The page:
Genetics HW#11

Genetics HW#11 - process. 2. Elongation: occurs when the...

Info iconThis preview shows page 1. Sign up to view the full content.

View Full Document Right Arrow Icon
Not surprisingly a number of antibiotics that are used to fight bacterial infections do so by interfering with various steps in the translational process in bacteria (but have little or no effect on translation in eukaryotic cells, and so do not have a toxicity problem). If you were working as a scientist in a pharmaceutical company trying to develop a new antibiotic to use to fight bacterial infection, what are three steps in bacterial translation that you could target? 1. Initiation of translation: involves the small subunit of the ribosome binding to 5' end of mRNA with the help of initiation factors (IF), other proteins that assist the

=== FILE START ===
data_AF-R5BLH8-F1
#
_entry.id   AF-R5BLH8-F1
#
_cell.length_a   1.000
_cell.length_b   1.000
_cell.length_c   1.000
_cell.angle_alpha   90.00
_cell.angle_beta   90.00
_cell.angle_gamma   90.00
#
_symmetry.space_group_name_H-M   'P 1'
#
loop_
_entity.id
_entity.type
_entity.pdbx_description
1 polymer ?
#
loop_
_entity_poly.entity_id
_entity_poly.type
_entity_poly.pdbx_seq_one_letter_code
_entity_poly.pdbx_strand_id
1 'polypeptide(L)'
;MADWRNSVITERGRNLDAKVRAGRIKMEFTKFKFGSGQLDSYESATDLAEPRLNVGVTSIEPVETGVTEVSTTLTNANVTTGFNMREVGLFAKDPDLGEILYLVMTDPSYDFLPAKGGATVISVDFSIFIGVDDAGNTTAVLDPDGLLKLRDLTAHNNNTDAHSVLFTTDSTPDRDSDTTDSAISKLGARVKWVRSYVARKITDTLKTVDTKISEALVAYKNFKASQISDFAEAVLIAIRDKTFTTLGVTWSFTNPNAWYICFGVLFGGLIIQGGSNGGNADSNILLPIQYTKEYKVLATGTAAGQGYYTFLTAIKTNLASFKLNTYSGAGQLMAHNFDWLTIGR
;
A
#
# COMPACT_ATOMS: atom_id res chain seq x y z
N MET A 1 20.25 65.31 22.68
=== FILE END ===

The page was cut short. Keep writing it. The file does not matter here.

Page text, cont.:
Background image of page 1
This is the end of the preview. Sign up to access the rest of the document.

Unformatted text preview: process. 2. Elongation: occurs when the next charged tRNA in line binds to the ribosome along with an elongation factor. It is the lengthening of the growing polypeptide chain by one amino acid. 3. Termination: occurs when the A site of the ribosome faces a stop codon (UAA, UAG, or UGA). When this happens, no tRNA can recognize it and therefore no amino acids are added, but a releasing factor can recognize nonsense codons and causes the release of the polypeptide chain....
View Full Document

Ask a homework question - tutors are online